The Design of Software (CLOSED)A public forum for discussing the design of software, from the user interface to the code architecture. Now closed. 

The "Design of Software" discussion group has been merged with the main
Joel on Software discussion group.
The archives will remain online indefinitely. 
Hello all!
I need a graph algorithm that finds ALL of the paths from (possibly) multiple sources to (possibly) multiple sinks. I've googled and googled and found many references to shortest paths algorithms (Dijkstra, all pairs shortest paths, A*) but I need all of the paths. Does anyone know of anything like this? I'm in the process of trying to modify some of the shortest path algorithms to remove the "shortest path" restriction. Thanks!
should've paid more attention in my algorithms class Wednesday, June 11, 2008
Sounds a bit like the Travelling Salesman problem: http://en.wikipedia.org/wiki/Travelling_salesman_problem
I agree with the previous 2 posters. You may need to narrow your problem down a little.
Developer #13 Wednesday, June 11, 2008
The second your graph has a loop in it you have an infinite number of solutions situation. When you remove the loop you are pretty much looking at tree traversal.
Brian Wednesday, June 11, 2008
and that is if you write it such that you don't fall into the a>b>a>b and variations there in infinite solution.
Brian Wednesday, June 11, 2008
I think you want Warshall's algorithm.
http://en.wikipedia.org/wiki/Floyd%E2%80%93Warshall_algorithm If you skip down to the part about Applications & Generalizations, it explains how to do Warshall's algorithm, as apposed to the Floyd/Warshall algorithm. The result is basically a matrix that says "yes, there is a path from A to B" or "no, there is not."
Okay, so I figured out how to solve your actual problem. But now I'm wondering if this is a homework problem. If it is truly not, let me know and I'll post the answer.
"The result is basically a matrix that says "yes, there is a path from A to B" or "no, there is not.""
Well, FW algorithm actually finds the shortest paths too. To the OP: http://www.amazon.co.uk/IntroductionAlgorithmsThomasHCormen/dp/0262032937/ref=sr_1_2?ie=UTF8&s=books&qid=1213222038&sr=82
I am very sure we saw this exact same question in this forum within the past two years, probably one. Perhaps the OP is taking the same course as the previous poster.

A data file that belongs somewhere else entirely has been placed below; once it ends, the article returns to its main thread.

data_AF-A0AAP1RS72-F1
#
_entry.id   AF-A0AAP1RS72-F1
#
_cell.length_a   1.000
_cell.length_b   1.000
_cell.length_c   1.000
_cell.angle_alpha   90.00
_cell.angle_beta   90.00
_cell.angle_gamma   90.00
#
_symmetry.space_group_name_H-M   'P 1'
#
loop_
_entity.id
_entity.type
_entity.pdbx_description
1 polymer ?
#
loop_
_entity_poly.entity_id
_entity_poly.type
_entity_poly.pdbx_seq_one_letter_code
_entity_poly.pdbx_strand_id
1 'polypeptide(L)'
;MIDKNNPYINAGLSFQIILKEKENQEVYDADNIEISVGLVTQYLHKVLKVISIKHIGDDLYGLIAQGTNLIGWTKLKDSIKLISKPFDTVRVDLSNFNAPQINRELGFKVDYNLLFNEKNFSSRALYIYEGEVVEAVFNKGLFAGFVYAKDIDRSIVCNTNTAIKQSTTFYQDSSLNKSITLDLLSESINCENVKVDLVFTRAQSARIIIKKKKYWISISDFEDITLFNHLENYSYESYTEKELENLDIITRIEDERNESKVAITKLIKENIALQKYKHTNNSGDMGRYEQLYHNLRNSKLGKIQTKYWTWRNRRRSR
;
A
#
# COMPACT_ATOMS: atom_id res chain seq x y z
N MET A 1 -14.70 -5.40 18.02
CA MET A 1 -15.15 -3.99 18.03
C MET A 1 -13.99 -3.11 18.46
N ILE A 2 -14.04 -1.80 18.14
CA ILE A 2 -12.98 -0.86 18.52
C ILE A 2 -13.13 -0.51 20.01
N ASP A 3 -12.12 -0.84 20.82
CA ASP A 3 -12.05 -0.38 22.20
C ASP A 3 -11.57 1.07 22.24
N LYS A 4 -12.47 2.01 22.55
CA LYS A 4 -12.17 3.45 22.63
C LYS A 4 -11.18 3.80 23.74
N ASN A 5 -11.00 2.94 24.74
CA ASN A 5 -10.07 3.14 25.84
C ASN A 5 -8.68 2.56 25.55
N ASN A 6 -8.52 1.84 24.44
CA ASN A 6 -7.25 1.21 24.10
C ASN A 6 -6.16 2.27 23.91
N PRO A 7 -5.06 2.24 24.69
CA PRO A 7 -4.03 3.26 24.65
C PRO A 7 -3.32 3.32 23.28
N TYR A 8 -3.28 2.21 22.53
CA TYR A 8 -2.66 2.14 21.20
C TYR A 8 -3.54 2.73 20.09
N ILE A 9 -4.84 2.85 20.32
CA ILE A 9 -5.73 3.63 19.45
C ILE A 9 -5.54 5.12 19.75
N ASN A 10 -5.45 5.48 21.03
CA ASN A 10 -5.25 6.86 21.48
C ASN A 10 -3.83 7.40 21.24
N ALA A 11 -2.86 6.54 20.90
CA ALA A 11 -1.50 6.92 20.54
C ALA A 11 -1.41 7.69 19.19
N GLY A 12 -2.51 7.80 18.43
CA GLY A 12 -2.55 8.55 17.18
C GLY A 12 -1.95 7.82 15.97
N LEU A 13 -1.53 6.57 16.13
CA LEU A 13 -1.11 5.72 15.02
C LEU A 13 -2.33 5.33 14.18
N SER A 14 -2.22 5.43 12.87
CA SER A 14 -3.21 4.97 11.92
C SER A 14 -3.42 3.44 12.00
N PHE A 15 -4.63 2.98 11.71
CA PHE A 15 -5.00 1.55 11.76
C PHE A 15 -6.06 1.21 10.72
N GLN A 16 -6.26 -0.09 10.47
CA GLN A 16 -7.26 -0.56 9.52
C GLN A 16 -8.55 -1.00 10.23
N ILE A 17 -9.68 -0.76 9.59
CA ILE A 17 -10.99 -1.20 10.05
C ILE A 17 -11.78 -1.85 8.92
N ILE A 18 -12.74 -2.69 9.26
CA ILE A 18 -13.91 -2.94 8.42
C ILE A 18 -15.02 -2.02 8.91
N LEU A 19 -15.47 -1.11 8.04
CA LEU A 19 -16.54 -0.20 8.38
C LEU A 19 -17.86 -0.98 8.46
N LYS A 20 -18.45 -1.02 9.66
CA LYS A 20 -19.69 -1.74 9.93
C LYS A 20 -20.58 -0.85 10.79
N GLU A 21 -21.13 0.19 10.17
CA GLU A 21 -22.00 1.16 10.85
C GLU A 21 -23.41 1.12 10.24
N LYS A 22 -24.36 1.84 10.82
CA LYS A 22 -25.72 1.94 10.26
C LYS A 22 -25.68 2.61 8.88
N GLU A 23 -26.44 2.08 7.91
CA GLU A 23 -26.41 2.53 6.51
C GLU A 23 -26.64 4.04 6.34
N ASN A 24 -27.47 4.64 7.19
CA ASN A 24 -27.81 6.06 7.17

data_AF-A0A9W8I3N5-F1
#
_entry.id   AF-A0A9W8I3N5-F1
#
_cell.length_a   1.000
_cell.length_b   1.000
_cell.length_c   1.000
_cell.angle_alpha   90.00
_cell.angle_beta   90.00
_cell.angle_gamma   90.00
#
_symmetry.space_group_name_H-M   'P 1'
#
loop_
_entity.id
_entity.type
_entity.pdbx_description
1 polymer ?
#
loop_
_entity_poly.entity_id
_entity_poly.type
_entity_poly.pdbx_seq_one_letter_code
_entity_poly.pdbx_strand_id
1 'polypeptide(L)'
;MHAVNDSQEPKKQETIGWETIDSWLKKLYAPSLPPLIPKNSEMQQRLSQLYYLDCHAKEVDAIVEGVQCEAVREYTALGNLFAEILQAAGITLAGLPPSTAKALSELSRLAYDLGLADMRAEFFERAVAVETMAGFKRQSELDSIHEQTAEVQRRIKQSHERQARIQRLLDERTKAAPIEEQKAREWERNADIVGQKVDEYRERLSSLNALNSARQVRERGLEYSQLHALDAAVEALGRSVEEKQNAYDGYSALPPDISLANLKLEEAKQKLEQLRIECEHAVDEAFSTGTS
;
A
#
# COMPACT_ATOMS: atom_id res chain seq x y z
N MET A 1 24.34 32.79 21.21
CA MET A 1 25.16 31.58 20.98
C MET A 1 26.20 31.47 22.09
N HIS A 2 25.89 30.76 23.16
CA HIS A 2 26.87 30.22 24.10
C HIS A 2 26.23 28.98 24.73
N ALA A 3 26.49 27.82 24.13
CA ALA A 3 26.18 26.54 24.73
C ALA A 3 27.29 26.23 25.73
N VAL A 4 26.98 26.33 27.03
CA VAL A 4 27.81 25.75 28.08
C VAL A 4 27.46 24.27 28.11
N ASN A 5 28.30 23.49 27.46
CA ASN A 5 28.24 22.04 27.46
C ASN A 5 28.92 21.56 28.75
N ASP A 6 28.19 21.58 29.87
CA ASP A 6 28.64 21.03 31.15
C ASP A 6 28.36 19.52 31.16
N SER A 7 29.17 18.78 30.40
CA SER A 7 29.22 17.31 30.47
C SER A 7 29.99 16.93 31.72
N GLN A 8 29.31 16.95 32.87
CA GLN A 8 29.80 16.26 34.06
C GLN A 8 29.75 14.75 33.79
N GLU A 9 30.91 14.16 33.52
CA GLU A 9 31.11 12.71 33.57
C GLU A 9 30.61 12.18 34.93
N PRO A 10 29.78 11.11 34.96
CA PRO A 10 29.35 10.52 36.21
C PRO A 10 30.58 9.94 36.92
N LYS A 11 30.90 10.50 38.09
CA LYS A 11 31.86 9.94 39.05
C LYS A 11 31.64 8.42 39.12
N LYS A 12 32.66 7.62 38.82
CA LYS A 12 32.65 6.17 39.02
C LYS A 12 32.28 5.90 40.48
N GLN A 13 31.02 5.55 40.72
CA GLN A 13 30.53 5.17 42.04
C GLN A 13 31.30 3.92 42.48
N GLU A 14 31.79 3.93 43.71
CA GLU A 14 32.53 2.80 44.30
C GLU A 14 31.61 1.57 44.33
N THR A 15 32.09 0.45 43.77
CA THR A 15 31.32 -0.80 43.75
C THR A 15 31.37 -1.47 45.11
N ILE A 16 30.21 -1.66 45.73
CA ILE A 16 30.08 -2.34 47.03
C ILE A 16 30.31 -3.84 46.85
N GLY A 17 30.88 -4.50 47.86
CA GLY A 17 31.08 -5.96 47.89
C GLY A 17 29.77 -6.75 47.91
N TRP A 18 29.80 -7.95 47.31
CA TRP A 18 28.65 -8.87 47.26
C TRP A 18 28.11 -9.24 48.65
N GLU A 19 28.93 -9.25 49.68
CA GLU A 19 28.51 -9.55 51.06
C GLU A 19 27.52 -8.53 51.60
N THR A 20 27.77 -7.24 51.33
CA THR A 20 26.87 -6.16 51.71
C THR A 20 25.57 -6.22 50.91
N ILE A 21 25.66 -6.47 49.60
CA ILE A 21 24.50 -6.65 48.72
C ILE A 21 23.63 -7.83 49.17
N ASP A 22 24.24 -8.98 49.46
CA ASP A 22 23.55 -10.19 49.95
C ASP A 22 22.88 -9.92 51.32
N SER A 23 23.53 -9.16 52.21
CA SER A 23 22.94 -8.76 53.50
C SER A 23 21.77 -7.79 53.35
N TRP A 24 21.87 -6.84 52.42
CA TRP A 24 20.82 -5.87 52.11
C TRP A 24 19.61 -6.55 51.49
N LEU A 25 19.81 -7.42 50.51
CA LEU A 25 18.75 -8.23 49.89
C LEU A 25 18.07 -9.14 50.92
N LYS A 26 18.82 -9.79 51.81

The reason it sounds like a homework problem is that it doesn't have much practical application. Questions of more practical interest are finding a maximal set of disjoint paths, or a minimal set of disconnecting cut points.
Mikkin Wednesday, June 11, 2008
Hi,
This is the OP. This is not a homework problem, it's actually for work. We're developing a network simulator where we can define sources, sinks and intermediate nodes. The links between all of the nodes change every so often and I need to evaluate the network to see if there is a path from any source to any sink every time the links between the nodes change. So, I'm not concerned with shortest path, I just want to know if there is a link from a source to a sink. HOWEVER, the way our code works (it's not the way I would write it) is that all of the possible links from sources to sinks have to be defined in the beginning of the simulation. Every time the links change, we evaluate a set of node hops from source to sink to see if the network is up, hence my need for a complete set of paths from all sources to all sinks. By the way, thank you all for your responses!!
OP Wednesday, June 11, 2008
Okay, you probably want to do a breadthfirst search. Something like this:
Let Result = empty set Let Current = set of paths consisting of (source_i) (In other words, for each source S, create a path of length 0, starting at S) While (Current is not empty) { Let P = first element in Current. Pop P out of Current Let x = last vertex in P If (x is a sink) { Add P to Result continue with while loop } otherwise For each link (x, y) in the edge set { if (P contains y) { cycle  ignore and continue with for loop } Let P' = P + y Add P' to Current } }
That's a simple backtracking problem. Here is some pseudocode.
Given is a list of nodes and their connections. Each node is a source, a sink or a normal node, and each node has a WasVisited flag. It could either be a flag or a separate list/hashmap where visited nodes are stored. VisitNode (Source, Node) if Node.WasVisited then return Node.WasVisited = true if Node.IsSink then StoreResult(Source, Node) for each Target in Node.ConnectedNodes VisitNode(Source, Target) next (*) end VisitNode for each Source in SourceNodes ClearVisitedState(AllNodes) VisitNode(Source, Source) next This gives you a list of sourcesink connections. If you want to get ALL possible paths without loops, then add Node.WasVisited = false for the (*). Note that this may result in exponential behaviour, depending on the structure. And you should track the current path to store it, too. Of course the recursion behaviour can be optimized, or you could get rid of the recursion by using a queue like Michael, but premature optimization... you know...
Secure Thursday, June 12, 2008
By the way, it's really worth having a copy of Steven Skiena's _The Algorithm Design Manual_ on hand just to answer questions like this one.

Powered by FogBugz